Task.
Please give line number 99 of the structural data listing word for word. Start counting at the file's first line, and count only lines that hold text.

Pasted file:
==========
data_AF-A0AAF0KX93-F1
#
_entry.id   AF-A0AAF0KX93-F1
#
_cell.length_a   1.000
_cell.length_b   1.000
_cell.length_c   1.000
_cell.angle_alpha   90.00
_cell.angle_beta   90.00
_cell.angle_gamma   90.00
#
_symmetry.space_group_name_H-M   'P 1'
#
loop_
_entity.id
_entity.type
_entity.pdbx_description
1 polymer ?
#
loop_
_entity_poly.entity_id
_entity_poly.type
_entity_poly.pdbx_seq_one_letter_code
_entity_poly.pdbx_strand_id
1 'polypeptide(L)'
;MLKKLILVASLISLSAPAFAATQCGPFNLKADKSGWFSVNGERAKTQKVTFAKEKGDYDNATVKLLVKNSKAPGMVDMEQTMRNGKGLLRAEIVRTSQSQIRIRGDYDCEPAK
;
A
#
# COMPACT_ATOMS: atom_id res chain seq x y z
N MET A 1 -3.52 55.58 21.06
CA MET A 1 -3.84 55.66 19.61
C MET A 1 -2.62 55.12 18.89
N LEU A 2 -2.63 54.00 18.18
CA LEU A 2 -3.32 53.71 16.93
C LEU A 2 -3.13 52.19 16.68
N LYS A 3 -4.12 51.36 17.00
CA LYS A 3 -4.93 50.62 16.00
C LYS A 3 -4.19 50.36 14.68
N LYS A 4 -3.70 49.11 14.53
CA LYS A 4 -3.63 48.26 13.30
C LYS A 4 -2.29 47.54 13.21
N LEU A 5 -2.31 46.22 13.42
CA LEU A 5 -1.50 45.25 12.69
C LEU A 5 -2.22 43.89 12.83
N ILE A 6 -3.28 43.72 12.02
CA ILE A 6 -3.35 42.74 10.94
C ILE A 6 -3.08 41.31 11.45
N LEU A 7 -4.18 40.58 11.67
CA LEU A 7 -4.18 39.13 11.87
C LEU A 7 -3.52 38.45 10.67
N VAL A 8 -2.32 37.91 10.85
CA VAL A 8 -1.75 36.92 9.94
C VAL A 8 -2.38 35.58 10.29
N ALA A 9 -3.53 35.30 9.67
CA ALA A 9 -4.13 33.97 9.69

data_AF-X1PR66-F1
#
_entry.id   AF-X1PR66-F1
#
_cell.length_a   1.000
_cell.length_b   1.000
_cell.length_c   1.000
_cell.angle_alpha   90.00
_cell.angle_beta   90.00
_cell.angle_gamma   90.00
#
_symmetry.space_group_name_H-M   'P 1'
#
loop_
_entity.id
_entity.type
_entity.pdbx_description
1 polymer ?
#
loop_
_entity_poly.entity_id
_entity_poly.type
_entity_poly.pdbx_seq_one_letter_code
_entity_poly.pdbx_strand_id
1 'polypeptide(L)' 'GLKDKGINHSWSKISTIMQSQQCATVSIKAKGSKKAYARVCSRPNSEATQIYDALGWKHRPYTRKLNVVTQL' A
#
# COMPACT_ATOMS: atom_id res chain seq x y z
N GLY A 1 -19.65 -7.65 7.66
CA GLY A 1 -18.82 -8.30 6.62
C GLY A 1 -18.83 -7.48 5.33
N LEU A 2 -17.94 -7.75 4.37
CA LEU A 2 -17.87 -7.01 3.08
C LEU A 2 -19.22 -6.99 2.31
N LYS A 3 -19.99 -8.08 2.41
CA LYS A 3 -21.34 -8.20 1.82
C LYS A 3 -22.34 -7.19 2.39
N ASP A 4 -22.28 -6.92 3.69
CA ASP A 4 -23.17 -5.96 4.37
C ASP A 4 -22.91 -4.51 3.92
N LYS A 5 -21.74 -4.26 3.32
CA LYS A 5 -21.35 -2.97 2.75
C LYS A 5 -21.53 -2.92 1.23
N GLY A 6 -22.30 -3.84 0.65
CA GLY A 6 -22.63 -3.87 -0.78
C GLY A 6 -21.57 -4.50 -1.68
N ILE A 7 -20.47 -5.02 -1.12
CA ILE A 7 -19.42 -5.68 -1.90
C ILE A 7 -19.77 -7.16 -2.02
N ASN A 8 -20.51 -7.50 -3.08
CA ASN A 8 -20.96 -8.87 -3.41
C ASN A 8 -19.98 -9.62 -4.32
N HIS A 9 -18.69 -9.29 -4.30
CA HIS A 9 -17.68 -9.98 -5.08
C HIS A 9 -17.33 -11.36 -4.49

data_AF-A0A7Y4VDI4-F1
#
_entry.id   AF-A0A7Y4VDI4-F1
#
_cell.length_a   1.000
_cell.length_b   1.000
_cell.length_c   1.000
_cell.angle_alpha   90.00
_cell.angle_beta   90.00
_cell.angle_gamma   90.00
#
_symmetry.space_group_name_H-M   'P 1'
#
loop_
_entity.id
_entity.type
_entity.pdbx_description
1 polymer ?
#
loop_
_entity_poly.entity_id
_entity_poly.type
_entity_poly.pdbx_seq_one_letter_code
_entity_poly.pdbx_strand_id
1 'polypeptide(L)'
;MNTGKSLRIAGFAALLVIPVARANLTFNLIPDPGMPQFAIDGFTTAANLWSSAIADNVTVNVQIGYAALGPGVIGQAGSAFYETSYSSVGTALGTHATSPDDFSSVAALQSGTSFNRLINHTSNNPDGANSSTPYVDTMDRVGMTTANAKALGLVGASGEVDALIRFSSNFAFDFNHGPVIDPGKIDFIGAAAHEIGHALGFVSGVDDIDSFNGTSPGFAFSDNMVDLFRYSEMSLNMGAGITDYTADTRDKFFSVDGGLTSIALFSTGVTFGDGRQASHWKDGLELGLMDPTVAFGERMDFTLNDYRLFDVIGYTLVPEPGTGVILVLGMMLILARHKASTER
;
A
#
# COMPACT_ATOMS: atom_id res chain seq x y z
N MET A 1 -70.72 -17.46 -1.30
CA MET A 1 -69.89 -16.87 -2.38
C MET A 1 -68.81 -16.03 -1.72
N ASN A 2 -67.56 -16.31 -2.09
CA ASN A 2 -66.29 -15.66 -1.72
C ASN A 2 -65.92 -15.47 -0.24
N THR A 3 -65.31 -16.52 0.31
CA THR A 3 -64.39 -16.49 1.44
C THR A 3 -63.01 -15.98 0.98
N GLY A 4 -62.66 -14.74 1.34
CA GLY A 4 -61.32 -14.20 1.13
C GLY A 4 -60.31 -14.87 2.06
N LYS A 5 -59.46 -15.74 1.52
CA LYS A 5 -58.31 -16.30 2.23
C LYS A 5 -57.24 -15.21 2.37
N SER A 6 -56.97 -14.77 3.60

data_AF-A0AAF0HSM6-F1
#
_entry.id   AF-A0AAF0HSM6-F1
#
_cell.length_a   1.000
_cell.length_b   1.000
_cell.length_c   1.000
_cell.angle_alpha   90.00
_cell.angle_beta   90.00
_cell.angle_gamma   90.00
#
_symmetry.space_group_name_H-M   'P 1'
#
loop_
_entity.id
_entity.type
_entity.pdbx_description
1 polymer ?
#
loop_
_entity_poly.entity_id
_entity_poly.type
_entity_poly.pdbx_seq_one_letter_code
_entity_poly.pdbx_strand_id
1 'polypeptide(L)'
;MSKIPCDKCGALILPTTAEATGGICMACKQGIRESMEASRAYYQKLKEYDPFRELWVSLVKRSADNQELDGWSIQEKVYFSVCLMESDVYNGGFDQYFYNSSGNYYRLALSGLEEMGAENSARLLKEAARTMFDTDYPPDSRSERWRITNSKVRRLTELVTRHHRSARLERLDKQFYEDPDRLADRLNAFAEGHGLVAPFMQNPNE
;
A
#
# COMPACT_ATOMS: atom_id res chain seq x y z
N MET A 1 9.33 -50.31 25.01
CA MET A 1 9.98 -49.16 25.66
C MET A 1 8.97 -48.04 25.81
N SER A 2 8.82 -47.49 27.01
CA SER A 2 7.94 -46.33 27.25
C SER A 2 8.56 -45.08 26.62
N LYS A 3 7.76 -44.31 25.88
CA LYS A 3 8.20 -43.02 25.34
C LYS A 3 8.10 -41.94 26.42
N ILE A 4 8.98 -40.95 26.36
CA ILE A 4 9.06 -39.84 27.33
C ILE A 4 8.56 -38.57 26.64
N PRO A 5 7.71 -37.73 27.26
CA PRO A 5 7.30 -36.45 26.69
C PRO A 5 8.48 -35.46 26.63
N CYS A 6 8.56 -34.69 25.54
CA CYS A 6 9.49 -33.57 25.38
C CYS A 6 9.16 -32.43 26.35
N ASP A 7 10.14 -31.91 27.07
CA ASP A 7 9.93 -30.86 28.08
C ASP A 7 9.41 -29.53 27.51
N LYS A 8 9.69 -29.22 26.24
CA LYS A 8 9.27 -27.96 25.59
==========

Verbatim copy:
N GLY A 6 -22.30 -3.84 0.65